Thursday, November 20, 2014


We were Christmas shopping, in a large, large store. The snowfall must have turned on everyone's need to get out and shop for gifts because the store, and the mall it was attached to was packed. Just packed. We'd not been to this mall or this store for a very long time and Joe and I found ourselves wandering around quite lost. We were looking for the entertainment department but seemingly could only find women's lingerie and men's boots. Finally, with help from two different store employees, we were going in the right direction.

I was about to turn a right angle that would allow me to go from one aisle to another. Predictably it was chaos. I saw a young fellow headed towards me, walking forwards while looking backwards at something that caught his eye. I came to a stop, I was unable to back up out of his way so I called out to him. Hearing me he turned and made a quick turn to his left which avoided a crash. He smiled and said, jokingly 'Ooops.'

Then, out of nowhere, came his mother, she had seen the near crash from a distance and she grabbed his arm and yanked him further out of my way. She then shoved her face towards me and said loudly, "He's got low vision, a disability you know, LOW VISION."

I was immediately offended. Firstly, he didn't run into me because of 'low vision' or because of disability, he nearly ran into me because he was distracted for a moment. This wasn't a disability issue. In fact when I spoke to him he turned and SAW me and then adjusted his path. I had no idea he had low vision or a disability until his mother grabbed him and yanked him the way she did. I suspected difference because I don't see a lot of mom's of men in their late twenties grab them like they are four. The difference was confirmed when she yelled out to me that he had low vision.

I said, "He may have low vision, but his hearing's fine, do you really need to yell out his personal information?"

As I said this I saw something in his face, something light up, "Yeah, mom, you always do that, I don't like it."

She was shocked.

And, of course, with tiring predictability, angry.

She grabbed him and they were on their way, she talking quickly and angrily to him.

Why do people do that?

I think it's an odd form of M√ľnchausen syndrome by proxy.

You know that syndrome where care providers get attention by creating or fabricating illnesses and disease in those who they are caring for in order to reap attention. I think this is a little like that. I say this because I see very, very, few parents who loudly proclaim their child's disability or diagnosis to the world in an almost random manner. But this has happened to me before, once or twice, and not always by a parent, sometimes by a paid care provider, and each time it seemed to me that the care provider was saying: HE IS SPECIAL AND THAT MAKES ME SPECIAL BECAUSE I AM CARING FOR HIM. I AM HEAVEN SENT TO CARE FOR A SPECIAL CHILD.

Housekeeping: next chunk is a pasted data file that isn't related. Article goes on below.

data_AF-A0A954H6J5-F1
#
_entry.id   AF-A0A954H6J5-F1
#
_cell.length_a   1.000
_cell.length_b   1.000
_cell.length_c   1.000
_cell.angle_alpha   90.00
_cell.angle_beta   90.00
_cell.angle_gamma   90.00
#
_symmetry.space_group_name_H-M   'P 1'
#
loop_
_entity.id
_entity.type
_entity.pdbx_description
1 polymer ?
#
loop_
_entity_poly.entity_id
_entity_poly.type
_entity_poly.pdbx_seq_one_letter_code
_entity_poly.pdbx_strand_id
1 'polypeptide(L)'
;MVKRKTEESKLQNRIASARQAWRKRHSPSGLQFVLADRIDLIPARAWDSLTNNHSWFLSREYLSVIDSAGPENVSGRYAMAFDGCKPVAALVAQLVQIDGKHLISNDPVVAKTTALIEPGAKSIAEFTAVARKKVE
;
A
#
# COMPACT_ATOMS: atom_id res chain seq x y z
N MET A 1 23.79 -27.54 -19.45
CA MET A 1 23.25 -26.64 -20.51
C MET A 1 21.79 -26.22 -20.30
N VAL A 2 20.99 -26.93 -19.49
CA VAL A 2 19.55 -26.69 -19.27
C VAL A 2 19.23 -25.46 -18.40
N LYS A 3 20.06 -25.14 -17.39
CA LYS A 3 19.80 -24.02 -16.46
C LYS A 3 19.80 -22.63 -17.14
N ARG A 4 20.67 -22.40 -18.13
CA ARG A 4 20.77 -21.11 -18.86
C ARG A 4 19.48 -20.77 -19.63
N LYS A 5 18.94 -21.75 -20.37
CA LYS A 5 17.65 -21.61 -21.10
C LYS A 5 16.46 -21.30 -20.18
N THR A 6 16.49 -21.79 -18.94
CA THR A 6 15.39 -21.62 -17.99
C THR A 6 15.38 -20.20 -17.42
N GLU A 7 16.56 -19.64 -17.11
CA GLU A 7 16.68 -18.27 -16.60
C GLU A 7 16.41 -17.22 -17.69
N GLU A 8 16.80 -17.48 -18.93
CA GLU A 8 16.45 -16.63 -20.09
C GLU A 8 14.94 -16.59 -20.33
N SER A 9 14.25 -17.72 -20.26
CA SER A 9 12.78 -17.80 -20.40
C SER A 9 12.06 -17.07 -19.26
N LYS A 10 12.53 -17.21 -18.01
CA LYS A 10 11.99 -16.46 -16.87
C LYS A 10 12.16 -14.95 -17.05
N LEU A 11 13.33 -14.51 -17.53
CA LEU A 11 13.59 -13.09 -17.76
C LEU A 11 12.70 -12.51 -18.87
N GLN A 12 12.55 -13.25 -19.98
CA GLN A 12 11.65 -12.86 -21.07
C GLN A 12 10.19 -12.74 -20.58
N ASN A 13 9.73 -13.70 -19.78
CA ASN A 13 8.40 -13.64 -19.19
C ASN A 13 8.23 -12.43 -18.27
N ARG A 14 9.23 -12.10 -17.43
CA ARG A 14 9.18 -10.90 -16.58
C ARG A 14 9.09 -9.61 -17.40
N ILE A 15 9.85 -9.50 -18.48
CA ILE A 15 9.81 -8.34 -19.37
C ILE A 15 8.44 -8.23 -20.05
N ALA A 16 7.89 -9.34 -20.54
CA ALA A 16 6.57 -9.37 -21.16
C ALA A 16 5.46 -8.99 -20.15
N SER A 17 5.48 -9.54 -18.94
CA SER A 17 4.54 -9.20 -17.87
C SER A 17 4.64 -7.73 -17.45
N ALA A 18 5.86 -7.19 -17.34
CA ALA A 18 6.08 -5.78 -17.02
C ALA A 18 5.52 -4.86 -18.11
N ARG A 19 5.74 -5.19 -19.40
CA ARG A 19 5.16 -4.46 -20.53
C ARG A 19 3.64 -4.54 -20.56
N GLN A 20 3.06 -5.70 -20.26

That poor guy handled the near crash with adeptness and humour. so much so that I would never have guessed that he too had a disability.

Yet the way he was treated.

The way he was spoken about - as if he had no right to privacy.

Disability shouldn't mean ill treatment or loss of boundaries - but it does, far too often, it does.  


clairesmum said...

I've seen that dynamic, too. I think I tend to interpret it as the carer's desperate 'need to be needed' - to have a "child" that will never fully leave the nest and live in the world without relying on the parent or carer. For someone who is desperate to be needed (because they do not believe that anyone would choose to love them) it's a defense against that terror of being alone. It's dreadful, as it distorts an innocent person's life to meet the needs of another person. It's an abuse of the power of the parent or carer.

Ron Arnold said...

I don't think it's Munchausen. I think it's somewhere in the Cluster B Personality issue spectrum. (I don't believe in the term 'personality disorder' and prefer 'issue' as the personality type developed in response to a disordered environment while growing up and was a reasonable adaptation to difficult circumstances.) And yes - it is a need to be needed. Clairesmum nailed it.

I see it in the human service field sometimes. Wherein certain personality types gravitate toward certain populations that need care - simply because they need care and in a way are somewhat a 'captive audience' for lack of a better term. In some ways - it's a good symbiosis, but when the psychological need of the caregiver overshadows the care they are to provide - not so good . . . .

Anonymous said...

O Brien 1981 5 service accomplishments: Presence. Participation. Choice. Competence. Dignity and Respect.
2015- still current. Oh dear. More effort needed. To understand how the stigma associated with disability warps respect EVEN with parents who (generally, in my experience) love the people they dis but still dis them. And then there's us paid workers tripping on how good we are at the expense of the clients we are employed to.. sometimes its hard to know quite what we are employed to do when dissing is so widespread.

Anonymous said...

I have seen this happen all too often! It's as if a person who has a disability has no right to any kind of privacy at all. It's almost an assumption that the public needs to have free access to diagnosis, prognosis and any other related "osis." Time to change!